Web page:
Genetic Diversity of Faidherbia Albida (Del.) A. Chev Collections held at the World Agroforestry Centre (ICRAF) Nairobi, Kenya
Kithure, Robert Kariba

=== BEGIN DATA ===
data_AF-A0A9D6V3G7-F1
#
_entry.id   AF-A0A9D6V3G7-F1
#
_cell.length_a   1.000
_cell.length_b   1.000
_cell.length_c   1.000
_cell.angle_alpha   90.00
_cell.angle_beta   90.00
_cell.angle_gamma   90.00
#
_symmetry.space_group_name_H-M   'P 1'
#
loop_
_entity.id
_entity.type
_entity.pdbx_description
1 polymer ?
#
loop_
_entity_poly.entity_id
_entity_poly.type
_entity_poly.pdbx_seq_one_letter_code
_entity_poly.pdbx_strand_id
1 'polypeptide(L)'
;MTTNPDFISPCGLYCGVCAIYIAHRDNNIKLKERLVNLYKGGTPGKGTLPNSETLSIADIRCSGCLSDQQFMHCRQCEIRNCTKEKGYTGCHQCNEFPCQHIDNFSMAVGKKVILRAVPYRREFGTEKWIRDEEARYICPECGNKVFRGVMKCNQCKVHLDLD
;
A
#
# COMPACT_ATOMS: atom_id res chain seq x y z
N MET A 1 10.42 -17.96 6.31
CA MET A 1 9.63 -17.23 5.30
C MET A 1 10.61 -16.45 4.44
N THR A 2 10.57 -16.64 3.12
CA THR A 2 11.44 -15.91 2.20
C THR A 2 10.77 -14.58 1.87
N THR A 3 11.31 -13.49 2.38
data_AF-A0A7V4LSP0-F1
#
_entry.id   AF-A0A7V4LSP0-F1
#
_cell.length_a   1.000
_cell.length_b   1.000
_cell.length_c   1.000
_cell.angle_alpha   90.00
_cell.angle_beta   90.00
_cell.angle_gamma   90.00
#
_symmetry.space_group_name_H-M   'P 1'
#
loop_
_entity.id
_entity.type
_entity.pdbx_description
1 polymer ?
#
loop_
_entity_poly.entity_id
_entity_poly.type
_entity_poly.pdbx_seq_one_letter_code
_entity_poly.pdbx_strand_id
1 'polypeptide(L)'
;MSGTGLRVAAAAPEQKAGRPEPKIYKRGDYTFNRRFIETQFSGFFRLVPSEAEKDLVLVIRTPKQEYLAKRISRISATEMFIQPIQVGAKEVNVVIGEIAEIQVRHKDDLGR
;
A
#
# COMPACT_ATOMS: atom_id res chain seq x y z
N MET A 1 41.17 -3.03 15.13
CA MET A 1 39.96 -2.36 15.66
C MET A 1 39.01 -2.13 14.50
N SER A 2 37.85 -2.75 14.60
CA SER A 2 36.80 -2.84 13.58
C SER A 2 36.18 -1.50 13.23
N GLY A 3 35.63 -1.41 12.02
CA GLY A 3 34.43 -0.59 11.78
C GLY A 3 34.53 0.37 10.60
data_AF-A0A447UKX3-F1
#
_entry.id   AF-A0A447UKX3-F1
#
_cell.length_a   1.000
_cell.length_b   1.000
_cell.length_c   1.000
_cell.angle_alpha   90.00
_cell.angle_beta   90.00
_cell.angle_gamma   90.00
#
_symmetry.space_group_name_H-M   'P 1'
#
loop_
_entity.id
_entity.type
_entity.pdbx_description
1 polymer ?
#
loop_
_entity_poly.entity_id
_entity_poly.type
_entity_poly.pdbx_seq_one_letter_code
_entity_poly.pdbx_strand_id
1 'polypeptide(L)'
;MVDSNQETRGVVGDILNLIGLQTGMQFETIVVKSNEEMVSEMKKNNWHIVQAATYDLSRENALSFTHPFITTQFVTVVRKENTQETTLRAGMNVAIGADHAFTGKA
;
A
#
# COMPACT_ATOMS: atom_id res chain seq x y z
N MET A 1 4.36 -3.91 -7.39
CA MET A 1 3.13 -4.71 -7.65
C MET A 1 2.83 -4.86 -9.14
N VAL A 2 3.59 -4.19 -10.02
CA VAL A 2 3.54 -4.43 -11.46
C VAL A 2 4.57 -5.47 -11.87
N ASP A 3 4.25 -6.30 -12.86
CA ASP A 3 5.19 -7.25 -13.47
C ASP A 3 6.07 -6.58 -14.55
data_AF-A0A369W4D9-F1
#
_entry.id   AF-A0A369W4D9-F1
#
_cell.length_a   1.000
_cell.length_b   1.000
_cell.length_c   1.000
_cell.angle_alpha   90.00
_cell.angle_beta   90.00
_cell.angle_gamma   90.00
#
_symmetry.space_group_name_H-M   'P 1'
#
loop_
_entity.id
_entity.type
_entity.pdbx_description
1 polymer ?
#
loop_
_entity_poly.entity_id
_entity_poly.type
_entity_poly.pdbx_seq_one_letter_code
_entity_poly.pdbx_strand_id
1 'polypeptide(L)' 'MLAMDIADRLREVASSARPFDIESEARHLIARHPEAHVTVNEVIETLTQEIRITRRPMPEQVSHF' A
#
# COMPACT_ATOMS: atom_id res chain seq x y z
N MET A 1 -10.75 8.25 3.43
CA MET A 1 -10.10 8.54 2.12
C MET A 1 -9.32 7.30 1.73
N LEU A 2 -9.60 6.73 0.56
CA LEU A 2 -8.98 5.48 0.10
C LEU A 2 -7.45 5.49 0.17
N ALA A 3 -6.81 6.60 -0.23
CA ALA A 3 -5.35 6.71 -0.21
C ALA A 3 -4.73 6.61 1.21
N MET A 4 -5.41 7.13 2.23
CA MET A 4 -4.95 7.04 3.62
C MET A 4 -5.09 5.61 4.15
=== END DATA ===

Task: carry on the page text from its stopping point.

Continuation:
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Faidherbia albida (Del.) A. Chev is a tree species native to Africa and the Middle East. It is an important agro-silvo pastural species owing to its morphological and physiological dynamics that mediate improvement of soil structure and fertility while offering several other benefits to farmers and the environment. Key among these is its reverse phenology, a phenomenon that allows the tree to compete minimally with crops while providing a favorable microclimate for their growth. It is also a chief source of fodder, wood, medicine and nectar for apiculture in the dry season. Sustainable incorporation of F. albida in African farming systems will only be underpinned by proper management of its genetic resources. Molecular information has become indispensible in the contemporary management practices of agroforestry plant species. Genetic structure data is crucial in conservation, breeding and introduction. Faidherba albida accessions in ICRAF seed bank are not characterized and they are gradually losing viability. This study assessed the genetic diversity of seventeen Faidherbia albida provenances from 10 African countries by employing amplified fragment length polymorphism (AFLP) with an aim of providing crucial background genetic diversity information for in situ and ex situ management and utilization of the collections. Plant materials consisted of F. albida accessions held at World Agroforestry Centre (ICRAF) seed bank. Five primer sets (EcoRI-ACA/MseI-CAT, EcoRIACT/ MseI-CTC, ECoRI-AAG/MseI-CTT, ECoRI-ACC/MseI-CAT and ECoRI-AGC/MseICTC) that produced clear and scorable bands were utilized for the analysis. Fragments were resolved using the ABI 3730 DNA analyzer. A total of 676 bands ranging from 50 to 499 base pairs were produced. GenALEx 6.41 was employed to reveal partitioning of variation across the populations and to display molecular relationships among the populations. Genetic diversity estimates were computed using TFPGA software. EcoRI-ACT/MseI-CTC was the most informative of the five markers (mean PIC 0.24). The average percentage of polymorphic loci over all populations was 34 %. Collections from the Taveta (Kenya) provenance had the highest percentage of polymorphic loci (69.53 %) while those from Manapools (Zimbabwe) had the lowest percentage of polymorphic loci (13.46 %). The average heterozygosity ranged from 0.05- 0.28 with a mean of 0.17 across all the provenances. There was high and quite significant population differentiation among the populations (PhipT =0.583, p=0.01). Amova revealed that 58 % of the total molecular variation was partitioned among the populations while 42 % was within the populations. UPGMA clustering to a great extent reflected the geographical origins and similarity of the germplasm save for Bolgatonga (Ghana) and Bignona (Senegal) whose positions could explain the origin and evolutionary trends that have shaped the population structure and distribution of the species. The results show that the germplasm held at ICRAF seed bank is of low genetic variability with the Western and some of the Eastern Africa provenances having the highest diversity. These can be used as seed sources for introduction and domestication programs. More collections need to be done to cover the entire distribution range of this species to capture more diversity and enrich this genepool.